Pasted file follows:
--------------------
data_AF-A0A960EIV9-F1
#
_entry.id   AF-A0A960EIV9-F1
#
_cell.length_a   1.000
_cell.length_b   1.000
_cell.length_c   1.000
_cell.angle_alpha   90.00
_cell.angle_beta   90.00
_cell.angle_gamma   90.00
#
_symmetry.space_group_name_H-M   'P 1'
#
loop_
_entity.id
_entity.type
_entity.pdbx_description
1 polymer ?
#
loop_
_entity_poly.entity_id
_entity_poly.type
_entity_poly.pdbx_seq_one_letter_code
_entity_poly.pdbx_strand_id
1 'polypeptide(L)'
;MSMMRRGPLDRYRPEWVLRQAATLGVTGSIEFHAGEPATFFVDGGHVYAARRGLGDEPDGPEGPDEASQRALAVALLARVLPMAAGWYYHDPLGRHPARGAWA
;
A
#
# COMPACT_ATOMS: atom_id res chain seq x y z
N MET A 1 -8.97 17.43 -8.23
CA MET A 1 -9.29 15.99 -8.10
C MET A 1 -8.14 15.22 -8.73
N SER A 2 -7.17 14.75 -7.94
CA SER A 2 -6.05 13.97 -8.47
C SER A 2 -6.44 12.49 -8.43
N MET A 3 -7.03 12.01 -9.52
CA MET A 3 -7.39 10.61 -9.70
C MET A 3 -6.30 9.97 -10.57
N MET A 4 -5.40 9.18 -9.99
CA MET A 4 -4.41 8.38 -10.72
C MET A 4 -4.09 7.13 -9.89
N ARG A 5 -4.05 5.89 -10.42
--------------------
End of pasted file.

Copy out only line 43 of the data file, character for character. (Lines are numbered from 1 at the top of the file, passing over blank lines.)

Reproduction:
N ARG A 5 -4.05 5.89 -10.42